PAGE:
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Divide and Conquer

Written by Luke Burgess
Posted August 26, 2005

Dear Wealth Daily reader:

There's an old political maxim that says: "When your opponent is self-destructing, get out of his way."

That's how China views America at the moment.

In Iraq, "the flies have effectively caught the flypaper." With the US caught up in Iraq, China has gone shopping around the world for oil assets. The communist country was initially unsuccessful with Unocal. But their latest prize is PetroKaz.

Now China is looking into the heart of darkness for more energy to feed its breakneck economy, Africa.

Earlier this year China forgave $1.3 billion in African debt and lifted certain tariffs on goods imported from 25 of Africa's least-developed countries.

Now senior African officials are in Beijing to discuss China's large trade surpluses. But China certainly has few problems with any countries with oil to sell.

Last month the Nigerian National Petroleum Corporation agreed to sell 30,000 barrels of crude a day to China.

Also PetroChina submitted bids for two oil blocks in the 2005 licensing opening this month and has expressed interest in taking over the Kaduna Refinery and Petrochemicals.

State-owned China National Petroleum Company has already invested $14.4 billion in oil projects in Sudan, which accounts for 6% Chinese imports.

CNPC has sent 10,000 Chinese workers to build a 900-mile pipeline to Port Sudan on the Red Sea. CNPC has interests in Algeria and is involved in building a pipeline in Libya.

But China's interests in Africa goes beyond oil. Africa is also a key source for raw materials, such as gold, aluminum, platinum, and iron ore.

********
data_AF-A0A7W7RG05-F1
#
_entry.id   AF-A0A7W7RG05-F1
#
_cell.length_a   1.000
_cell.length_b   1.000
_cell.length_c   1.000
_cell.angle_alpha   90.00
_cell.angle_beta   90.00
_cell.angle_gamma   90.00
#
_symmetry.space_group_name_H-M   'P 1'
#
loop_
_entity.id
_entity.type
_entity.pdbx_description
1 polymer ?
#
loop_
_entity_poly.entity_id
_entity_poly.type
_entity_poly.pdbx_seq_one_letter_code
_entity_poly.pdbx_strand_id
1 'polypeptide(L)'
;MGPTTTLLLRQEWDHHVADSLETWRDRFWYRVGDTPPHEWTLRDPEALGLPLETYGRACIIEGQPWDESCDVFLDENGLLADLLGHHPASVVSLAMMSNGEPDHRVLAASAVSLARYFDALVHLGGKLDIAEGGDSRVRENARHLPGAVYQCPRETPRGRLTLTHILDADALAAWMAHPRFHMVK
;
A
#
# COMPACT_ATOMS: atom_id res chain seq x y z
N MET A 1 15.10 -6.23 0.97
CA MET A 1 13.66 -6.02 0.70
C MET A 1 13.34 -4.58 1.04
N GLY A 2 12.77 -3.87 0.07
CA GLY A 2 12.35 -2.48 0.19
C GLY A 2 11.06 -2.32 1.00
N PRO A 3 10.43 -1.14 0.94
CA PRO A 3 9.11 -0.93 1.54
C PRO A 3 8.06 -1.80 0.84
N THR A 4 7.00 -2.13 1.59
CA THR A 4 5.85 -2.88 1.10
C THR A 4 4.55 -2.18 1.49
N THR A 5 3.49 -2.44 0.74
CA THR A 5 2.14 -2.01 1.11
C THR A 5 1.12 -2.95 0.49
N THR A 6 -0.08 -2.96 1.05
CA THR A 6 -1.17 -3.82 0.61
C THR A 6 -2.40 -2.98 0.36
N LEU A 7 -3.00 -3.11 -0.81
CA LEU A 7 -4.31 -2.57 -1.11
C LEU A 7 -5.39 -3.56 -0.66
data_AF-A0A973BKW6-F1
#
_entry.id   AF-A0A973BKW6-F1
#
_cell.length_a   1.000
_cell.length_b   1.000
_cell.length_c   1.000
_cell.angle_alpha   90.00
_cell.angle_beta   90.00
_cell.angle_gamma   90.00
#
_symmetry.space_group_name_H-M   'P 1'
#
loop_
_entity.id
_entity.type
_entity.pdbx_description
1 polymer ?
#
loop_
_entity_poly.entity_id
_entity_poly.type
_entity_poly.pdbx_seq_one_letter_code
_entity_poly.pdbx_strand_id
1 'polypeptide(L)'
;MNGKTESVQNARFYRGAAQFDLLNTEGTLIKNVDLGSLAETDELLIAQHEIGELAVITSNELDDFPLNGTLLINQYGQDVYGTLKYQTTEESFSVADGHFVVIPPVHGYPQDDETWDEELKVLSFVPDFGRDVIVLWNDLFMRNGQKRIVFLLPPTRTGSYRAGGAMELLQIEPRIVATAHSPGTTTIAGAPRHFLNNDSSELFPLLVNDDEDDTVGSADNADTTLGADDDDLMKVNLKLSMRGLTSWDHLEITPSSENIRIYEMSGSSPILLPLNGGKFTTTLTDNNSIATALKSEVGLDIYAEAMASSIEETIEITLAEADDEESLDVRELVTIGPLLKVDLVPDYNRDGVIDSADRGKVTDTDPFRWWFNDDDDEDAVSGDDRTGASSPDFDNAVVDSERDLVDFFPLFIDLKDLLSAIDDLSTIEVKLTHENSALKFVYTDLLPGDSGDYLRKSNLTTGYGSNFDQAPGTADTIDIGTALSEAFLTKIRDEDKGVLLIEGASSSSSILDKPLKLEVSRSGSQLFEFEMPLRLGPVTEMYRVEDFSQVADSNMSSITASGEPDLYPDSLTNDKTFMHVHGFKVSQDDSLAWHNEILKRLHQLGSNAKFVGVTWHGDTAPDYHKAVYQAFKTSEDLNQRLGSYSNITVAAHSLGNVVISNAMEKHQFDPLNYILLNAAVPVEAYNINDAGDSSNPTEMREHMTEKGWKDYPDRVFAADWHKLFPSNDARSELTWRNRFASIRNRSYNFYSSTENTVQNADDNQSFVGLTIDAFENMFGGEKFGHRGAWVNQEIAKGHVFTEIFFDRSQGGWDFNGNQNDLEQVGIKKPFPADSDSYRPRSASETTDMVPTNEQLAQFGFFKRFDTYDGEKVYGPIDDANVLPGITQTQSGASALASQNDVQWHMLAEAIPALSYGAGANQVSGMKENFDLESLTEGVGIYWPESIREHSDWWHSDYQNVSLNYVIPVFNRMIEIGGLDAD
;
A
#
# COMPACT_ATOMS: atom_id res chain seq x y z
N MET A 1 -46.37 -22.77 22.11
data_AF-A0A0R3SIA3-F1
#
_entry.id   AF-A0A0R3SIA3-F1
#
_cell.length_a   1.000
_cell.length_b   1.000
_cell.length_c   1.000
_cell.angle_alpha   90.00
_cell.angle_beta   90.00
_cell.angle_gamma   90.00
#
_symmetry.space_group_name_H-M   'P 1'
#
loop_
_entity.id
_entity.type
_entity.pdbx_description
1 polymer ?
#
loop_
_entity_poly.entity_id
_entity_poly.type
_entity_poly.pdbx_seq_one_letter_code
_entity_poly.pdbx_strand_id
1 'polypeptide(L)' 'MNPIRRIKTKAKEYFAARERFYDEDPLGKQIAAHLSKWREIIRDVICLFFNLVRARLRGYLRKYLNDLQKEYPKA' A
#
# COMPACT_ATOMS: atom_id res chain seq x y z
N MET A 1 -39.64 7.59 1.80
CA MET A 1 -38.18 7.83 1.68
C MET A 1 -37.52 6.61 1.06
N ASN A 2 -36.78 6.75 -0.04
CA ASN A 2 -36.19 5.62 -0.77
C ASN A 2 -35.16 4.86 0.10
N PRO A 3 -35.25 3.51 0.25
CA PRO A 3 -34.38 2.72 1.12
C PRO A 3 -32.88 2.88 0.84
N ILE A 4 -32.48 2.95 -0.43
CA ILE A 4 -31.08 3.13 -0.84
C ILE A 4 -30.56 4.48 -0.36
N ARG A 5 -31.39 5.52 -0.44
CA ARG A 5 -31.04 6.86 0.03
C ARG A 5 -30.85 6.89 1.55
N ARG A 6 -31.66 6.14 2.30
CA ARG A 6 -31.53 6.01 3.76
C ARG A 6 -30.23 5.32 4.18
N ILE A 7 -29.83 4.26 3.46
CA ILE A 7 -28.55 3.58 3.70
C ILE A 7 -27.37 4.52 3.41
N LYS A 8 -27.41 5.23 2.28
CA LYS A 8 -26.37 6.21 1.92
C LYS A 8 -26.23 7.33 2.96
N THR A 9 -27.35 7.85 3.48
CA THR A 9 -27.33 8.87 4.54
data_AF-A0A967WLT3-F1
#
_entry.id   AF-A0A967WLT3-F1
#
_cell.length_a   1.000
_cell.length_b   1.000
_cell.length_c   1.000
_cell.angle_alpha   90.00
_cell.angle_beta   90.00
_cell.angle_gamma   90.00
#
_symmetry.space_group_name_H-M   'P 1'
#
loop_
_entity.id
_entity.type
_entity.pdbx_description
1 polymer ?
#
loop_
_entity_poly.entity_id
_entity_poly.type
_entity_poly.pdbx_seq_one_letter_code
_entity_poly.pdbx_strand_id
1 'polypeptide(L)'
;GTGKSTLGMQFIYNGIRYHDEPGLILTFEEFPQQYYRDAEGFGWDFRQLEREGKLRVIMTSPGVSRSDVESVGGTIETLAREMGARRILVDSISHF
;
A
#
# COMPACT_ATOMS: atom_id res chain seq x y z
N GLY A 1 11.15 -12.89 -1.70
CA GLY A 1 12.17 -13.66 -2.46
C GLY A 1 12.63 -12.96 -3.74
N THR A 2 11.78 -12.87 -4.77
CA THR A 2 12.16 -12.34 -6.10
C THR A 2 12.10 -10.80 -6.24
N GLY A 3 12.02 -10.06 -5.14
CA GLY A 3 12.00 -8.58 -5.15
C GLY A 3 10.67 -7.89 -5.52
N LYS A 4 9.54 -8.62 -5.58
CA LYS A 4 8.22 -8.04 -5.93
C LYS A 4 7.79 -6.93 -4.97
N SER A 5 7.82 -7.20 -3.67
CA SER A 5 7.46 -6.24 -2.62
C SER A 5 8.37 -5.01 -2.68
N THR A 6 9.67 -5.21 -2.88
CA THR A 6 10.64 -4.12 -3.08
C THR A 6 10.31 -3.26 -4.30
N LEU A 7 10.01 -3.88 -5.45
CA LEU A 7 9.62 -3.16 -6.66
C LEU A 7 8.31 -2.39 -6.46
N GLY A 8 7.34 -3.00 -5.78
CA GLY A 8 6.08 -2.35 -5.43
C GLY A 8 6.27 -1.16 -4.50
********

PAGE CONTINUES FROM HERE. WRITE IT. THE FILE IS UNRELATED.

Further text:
In this little world of horror, China is the Audrey II of the planet. The more we feed her, the bigger and hungrier she gets.

Hawaii Imposes Gas Cap

Next week Hawaii will begin enforcing a cap on the wholesale price of gasoline, hoping to ease the pain of soaring costs at the pumps.

It will be the first time a state has imposed limits on gasoline prices since the energy crisis of the 1970s and comes as retail fuel prices soar to record highs. But critics warn that the cap could lead to supply shortages.

The state Public Utilities Commission said the initial price ceiling is due to take effect Sept. 1.

Gasoline prices in Hawaii are the highest in the nation, averaging $2.846 per gallon. Prices on Maui have already topped $3 a gallon this week.

The PUC has set the first cap at $2.1578 per gallon, or about $2.76 including taxes in Honolulu for regular unleaded gas.

The ceilings will be in effect through Sept. 4. The following week, the commission will announce a new set of caps.

While it may be tempting to put the cap on rising gas prices, experts call it a short term fix, and a long term disaster.

-Luke Burgess
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